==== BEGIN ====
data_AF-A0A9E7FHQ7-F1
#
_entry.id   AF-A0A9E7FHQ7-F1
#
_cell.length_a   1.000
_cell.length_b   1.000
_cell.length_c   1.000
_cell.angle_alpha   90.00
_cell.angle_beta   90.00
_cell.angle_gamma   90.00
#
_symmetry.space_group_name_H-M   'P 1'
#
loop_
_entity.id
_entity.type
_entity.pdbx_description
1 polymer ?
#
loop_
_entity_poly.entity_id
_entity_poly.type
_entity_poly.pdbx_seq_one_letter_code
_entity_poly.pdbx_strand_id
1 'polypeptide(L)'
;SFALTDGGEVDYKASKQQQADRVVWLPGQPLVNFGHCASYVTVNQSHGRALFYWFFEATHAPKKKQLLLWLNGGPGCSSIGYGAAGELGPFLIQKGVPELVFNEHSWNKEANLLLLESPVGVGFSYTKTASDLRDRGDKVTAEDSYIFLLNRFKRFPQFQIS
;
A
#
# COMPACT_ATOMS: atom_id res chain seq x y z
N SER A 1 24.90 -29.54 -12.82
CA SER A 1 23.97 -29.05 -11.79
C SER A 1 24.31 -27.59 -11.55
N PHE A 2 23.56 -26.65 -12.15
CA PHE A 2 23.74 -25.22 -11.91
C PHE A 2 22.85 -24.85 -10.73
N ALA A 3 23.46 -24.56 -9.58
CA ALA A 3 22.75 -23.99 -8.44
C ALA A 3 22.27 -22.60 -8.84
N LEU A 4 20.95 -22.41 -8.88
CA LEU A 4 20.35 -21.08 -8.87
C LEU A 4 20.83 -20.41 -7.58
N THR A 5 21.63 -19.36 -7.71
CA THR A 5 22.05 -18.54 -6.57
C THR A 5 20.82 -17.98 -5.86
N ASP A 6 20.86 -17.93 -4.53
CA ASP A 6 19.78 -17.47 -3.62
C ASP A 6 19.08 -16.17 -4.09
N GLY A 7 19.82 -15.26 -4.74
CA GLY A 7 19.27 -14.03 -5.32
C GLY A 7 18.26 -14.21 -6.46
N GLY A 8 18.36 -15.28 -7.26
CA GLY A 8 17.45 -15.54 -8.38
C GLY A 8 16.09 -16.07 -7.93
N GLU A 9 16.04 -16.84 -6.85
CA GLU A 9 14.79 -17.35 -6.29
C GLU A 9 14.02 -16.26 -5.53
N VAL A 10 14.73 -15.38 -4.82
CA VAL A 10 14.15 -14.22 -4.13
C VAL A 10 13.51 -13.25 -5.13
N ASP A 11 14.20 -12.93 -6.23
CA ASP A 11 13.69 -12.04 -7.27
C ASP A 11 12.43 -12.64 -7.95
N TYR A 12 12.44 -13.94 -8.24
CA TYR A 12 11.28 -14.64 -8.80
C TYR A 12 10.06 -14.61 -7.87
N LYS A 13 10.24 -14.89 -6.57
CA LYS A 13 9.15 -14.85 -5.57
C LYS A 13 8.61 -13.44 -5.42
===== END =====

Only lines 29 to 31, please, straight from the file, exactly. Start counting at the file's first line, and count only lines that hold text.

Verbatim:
#
# COMPACT_ATOMS: atom_id res chain seq x y z
N SER A 1 24.90 -29.54 -12.82